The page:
SNP ministers have been accused of “betraying” Ukrainian refugees after it was revealed more than 7,500 are still stuck in temporary accommodation in Scotland.

Data obtained through Freedom of Information requests show that almost one third of the 23,000 Ukrainian refugees who have arrived in Scotland since Russia’s invasion in February last year are still waiting to be given a permanent home.

Statistics from 30 out of Scotland’s 32 local authorities show that there are 7,596 Ukrainian refugees being sheltered in temporary accommodation, 1,862 of which are children.

The local authority with the highest number of Ukrainian refugees stuck in temporary accommodation was Edinburgh City Council, with 2,945, of which 823 are children.

The majority of Ukrainian refugees have arrived in Scotland through Edinburgh Airport.

Glasgow City Council has recorded 2,058 refugees in temporary accommodation, of which 288 are children.

Argyll and Bute and Inverclyde did not respond to the request for information, while Fife Council claimed that they do not hold the requested data.

The Scottish Government won approval of the UK Government to set up a super sponsor scheme, where refugees arrive in Scotland before being allocated a placement in order to speed up the process.

SNP ministers paused the scheme in July last year, with no timeline given for when the process will be restarted.

The figures are revealed after it was reported last month that a Ukrainian family initially situated in Fife was offered temporary accommodation 130 miles away in Dumfries and Galloway.

Tetiana Repa's family moved to Cupar in Fife after fleeing the war in Ukraine last year. However, after their accommodation arrangement ended, Fife Council offered the family temporary accommodation, 132 miles away, in a hotel in Dumfries. This is despite Repa and her family having already settled in Cupar for work and school.

Scottish Conservative shadow housing and social justice secretary, Miles Briggs, said the refugees had been “woefully let-down” by SNP ministers, after the super sponsor scheme was paused.

Mr Briggs said: “The fact that so many thousands of Ukrainian refugees are still holed up in temporary accommodation more than a year after the first of them arrived in Scotland is unacceptable.

“It represents a shocking betrayal by an SNP Government that over-promises and under-delivers.

“These are vulnerable people who fled Putin’s brutal invasion of their homeland, and they have been woefully let down by ministers.”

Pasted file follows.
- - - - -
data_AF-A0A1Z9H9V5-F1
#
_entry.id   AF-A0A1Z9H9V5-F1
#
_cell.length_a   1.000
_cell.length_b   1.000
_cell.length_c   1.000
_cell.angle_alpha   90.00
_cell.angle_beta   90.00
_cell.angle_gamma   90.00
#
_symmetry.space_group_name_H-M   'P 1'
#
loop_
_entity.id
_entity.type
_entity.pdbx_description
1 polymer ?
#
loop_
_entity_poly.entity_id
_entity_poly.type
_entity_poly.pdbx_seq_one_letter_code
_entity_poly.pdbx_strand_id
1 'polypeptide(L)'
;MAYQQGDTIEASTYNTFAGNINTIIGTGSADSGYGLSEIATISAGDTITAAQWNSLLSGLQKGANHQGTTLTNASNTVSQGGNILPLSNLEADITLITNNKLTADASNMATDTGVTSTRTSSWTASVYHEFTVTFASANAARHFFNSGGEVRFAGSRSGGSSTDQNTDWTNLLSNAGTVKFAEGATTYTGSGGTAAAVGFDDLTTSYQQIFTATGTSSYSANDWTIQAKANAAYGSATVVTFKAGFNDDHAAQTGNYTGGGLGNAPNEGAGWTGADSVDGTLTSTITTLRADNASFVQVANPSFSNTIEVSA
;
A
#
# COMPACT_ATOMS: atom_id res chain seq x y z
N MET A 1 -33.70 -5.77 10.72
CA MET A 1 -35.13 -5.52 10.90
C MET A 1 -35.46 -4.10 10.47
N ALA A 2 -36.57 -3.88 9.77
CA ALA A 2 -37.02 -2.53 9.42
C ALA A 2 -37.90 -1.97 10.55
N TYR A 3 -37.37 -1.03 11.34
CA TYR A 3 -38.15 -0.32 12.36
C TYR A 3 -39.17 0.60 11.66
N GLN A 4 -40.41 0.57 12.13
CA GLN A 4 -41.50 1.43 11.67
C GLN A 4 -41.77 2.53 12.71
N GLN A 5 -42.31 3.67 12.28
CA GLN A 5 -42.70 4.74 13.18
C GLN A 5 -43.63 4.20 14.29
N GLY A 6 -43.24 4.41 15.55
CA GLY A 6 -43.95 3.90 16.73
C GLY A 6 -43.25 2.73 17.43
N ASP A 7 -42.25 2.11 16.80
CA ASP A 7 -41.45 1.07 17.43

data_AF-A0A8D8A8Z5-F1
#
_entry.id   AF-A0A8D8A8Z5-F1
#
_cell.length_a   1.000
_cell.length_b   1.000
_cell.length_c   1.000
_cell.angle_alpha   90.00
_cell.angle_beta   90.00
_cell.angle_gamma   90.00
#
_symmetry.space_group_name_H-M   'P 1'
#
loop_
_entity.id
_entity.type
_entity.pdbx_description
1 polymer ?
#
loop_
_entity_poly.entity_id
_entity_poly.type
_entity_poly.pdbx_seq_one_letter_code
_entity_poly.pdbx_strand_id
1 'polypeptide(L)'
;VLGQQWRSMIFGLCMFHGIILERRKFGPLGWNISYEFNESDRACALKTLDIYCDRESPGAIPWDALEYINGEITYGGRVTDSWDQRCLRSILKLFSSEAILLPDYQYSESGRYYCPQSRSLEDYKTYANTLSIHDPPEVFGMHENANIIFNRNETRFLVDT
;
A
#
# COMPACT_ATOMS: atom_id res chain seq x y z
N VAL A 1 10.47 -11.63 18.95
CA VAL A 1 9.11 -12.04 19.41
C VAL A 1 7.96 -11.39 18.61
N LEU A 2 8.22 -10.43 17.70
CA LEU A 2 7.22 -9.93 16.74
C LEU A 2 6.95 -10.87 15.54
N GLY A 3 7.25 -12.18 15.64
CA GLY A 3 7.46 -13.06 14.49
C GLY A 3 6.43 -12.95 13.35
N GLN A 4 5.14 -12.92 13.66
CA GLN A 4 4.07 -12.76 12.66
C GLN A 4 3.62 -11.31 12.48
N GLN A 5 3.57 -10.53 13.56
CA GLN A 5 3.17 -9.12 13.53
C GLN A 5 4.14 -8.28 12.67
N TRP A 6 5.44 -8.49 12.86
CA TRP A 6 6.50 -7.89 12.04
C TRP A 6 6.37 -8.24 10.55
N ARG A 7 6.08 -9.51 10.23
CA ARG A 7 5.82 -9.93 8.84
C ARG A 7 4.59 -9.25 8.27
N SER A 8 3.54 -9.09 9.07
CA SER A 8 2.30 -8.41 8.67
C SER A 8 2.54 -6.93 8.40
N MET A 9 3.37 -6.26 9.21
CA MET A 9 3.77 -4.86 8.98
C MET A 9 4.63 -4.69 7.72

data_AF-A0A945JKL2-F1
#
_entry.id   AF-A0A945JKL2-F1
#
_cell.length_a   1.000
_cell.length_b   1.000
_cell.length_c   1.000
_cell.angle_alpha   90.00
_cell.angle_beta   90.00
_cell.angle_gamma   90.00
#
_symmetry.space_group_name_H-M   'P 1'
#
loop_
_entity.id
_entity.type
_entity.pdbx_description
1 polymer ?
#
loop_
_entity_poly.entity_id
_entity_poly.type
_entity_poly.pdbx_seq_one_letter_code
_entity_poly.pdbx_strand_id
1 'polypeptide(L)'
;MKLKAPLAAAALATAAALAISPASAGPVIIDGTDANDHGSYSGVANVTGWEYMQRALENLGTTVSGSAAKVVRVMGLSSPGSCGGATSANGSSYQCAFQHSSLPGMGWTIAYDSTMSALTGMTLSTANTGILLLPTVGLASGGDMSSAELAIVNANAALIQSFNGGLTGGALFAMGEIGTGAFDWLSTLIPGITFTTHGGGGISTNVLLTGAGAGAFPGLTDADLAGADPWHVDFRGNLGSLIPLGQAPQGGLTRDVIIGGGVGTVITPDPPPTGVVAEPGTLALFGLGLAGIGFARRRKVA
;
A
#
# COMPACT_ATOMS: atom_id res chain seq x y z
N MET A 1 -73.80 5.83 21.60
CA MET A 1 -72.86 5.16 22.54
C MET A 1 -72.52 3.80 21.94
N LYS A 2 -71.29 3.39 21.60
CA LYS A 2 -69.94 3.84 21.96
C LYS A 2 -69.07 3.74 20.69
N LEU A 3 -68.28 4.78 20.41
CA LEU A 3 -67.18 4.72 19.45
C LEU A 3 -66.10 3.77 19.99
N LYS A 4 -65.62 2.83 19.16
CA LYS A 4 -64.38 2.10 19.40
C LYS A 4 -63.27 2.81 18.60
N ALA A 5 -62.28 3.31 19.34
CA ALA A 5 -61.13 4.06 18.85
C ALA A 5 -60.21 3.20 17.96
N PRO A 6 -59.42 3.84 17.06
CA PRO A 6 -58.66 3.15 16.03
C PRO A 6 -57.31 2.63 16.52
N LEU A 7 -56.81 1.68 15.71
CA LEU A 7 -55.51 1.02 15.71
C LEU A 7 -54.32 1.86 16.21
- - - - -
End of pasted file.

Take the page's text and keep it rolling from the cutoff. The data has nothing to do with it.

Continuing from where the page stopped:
He added: “The SNP had to pause their much-trumpeted super sponsor scheme after it turned out that, typically, they had over-estimated their ability to cope with the number of refugees.

“Despite the fact that, under their watch, Scotland already had a drastic shortage of housing – exacerbated by their interference in the rental market – they made entirely unrealistic promises which they were unable to keep. “As a result, families have been shunted around or kept in accommodation that isn’t suitable for the long term.

“That is a shameful way to treat people who want simply to get on with their lives in peace, and to whom the SNP Government held out false hope.”

Meanwhile, funding has been renewed for a campaign to help vulnerable people apply to the EU Settlement Scheme (EUSS).

Through the Stay in Scotland campaign, in partnership with the Citizens’ Rights Project, council umbrella body Cosla and Settled, an independent charity helping EU citizens to stay in the UK, more than £200,000 is available to help the applicants.

Migration Minister Emma Roddick said: “As we continue to build the case for an independent Scotland within the EU, additional funding for the Stay in Scotland campaign will help ensure EU citizens, particularly those who need assistance with complex applications, get the support they need to gain settled status.

“We’re also urging the Home Office to immediately upgrade everyone from pre-settled to settled status. This would help remove the unnecessary stress and anxiety of being forced to reapply to the EUSS.”